MaaT Pharma is racing its microbiome therapy into a late-phase cancer clinical trial. Rather than take the current phase 1b to its planned conclusion, MaaT is wrapping the trial up early to accelerate its push into a larger study of acute myeloid leukemia (AML) patients.
The drug, MaaT033, is designed to restore the functionality of the gut ecosystem, thereby improving the clinical outcomes and controlling the adverse events associated with existing anti-cancer therapies. MaaT set out to evaluate the microbiome engraftment of five different doses of MaaT033 in AML patients in a phase 1b study but has decided it has already seen enough to advance the oral, off-the-shelf therapy.
“With a very satisfactory safety profile and very promising engraftment data in the first four cohorts of this trial, we believe we have the appropriate amount of data in hand to confidently move forward with MaaT033’s clinical development, without testing the highest planned dose of nine capsules a day,” John Weinberg, M.D., chief medical officer at MaaT, said in a statement.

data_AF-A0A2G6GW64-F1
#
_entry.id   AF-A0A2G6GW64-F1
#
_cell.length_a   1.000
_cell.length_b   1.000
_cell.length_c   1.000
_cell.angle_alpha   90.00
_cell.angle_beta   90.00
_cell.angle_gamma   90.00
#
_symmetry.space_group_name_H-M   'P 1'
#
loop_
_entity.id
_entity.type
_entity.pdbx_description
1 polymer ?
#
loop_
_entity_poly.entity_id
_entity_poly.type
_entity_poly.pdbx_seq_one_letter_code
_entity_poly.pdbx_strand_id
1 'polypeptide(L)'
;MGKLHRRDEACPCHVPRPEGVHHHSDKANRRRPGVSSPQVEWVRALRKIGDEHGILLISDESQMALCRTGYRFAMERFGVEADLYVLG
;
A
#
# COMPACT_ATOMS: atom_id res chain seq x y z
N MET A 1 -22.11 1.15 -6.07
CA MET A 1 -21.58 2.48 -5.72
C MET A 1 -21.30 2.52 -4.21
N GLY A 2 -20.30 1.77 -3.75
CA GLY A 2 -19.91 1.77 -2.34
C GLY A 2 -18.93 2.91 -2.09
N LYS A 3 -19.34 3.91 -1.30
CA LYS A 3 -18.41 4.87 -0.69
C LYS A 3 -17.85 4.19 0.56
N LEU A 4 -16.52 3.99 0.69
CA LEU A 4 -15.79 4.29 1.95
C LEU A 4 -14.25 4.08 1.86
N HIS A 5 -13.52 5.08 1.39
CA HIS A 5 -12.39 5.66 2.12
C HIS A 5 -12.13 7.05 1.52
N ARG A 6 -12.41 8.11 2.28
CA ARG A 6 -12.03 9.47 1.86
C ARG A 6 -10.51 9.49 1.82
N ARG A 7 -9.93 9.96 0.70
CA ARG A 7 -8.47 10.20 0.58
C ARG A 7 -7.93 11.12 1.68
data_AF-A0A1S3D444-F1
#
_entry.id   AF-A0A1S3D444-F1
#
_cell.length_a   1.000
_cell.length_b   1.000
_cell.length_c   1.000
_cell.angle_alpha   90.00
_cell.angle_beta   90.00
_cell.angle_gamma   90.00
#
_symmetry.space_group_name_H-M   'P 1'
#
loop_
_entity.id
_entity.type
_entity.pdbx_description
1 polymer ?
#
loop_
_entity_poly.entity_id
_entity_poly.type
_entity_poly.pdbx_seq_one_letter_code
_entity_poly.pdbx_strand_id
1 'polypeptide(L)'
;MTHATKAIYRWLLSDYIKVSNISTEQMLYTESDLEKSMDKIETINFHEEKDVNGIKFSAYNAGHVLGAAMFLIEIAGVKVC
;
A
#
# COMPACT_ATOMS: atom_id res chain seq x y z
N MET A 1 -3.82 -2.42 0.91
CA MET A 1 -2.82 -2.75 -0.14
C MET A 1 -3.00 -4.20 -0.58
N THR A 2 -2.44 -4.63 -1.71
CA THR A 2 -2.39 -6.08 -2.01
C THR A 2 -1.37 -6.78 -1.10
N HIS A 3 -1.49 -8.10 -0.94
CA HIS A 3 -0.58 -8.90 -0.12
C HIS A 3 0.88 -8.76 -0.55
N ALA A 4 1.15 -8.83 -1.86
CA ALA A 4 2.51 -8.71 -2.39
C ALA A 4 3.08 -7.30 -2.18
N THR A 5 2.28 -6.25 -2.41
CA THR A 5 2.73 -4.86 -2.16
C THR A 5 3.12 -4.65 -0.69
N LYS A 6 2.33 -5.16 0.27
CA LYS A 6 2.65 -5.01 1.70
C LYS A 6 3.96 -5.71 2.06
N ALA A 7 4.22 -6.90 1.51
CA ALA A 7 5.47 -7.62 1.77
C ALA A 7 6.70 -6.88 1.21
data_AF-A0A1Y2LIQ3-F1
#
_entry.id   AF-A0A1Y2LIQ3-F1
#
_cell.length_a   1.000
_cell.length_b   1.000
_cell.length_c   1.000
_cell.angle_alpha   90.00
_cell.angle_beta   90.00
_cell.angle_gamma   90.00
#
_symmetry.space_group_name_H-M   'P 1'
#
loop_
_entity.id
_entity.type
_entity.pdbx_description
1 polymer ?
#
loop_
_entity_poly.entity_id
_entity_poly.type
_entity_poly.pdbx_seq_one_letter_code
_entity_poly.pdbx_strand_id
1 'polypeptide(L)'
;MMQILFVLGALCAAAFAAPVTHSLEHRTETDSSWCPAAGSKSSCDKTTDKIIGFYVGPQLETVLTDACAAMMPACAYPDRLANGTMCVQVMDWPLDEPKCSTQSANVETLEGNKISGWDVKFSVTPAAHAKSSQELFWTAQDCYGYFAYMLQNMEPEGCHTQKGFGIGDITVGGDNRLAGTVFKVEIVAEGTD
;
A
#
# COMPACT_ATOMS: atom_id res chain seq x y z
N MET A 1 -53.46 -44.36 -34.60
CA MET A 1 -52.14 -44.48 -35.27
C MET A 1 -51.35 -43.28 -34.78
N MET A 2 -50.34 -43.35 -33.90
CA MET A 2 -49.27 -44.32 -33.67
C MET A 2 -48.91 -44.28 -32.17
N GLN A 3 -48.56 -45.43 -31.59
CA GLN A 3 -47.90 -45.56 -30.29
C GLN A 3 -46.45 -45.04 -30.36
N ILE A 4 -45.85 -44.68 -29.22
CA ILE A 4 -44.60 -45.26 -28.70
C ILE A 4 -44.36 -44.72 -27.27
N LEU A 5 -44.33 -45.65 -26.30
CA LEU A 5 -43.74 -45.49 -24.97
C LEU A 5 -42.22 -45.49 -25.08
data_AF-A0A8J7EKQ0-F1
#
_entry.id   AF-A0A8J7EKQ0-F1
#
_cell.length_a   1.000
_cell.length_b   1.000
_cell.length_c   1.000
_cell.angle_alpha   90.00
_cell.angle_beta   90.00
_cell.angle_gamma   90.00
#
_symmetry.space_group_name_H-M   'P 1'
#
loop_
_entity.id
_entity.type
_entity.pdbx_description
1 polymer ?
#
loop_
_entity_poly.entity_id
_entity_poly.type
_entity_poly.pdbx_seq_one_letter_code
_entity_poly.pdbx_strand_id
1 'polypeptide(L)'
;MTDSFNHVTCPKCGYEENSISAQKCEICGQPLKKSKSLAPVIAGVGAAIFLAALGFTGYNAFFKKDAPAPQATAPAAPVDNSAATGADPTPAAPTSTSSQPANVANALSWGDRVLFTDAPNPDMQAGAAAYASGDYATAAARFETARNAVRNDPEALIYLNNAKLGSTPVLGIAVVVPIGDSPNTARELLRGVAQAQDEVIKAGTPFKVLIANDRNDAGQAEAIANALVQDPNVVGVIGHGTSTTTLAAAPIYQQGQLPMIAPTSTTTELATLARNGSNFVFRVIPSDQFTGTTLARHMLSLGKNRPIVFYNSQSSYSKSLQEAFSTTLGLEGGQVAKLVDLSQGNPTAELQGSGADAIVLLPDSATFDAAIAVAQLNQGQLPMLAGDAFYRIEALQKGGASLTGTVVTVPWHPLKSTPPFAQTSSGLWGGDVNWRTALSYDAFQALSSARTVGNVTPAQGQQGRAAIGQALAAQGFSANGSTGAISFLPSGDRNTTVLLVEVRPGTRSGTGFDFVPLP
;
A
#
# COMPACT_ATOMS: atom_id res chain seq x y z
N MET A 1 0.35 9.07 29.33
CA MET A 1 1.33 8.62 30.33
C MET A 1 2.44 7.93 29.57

MaaT found bacteria indicative of engraftment in the guts of patients, regardless of the dose given. After seeing engraftment across the 21 patients who received up to three capsules of MaaT033 a day for 14 days in the first four dose cohorts, MaaT chose to finish the study early.
Work is now underway to evaluate the full data from the study and move MaaT033 into a phase 2/3 trial. The full data are due in the first half of the year, with the initiation of the phase 2/3 study set to follow in the back half of 2022.
The phase 2/3 will show whether MaaT033 can live up to expectations. MaaT sees the drug candidate as a way to boost survival in patients receiving allogeneic hematopoietic stem cell transplantation, pointing to evidence that higher gut microbiome diversity is associated with better outcomes to make its case.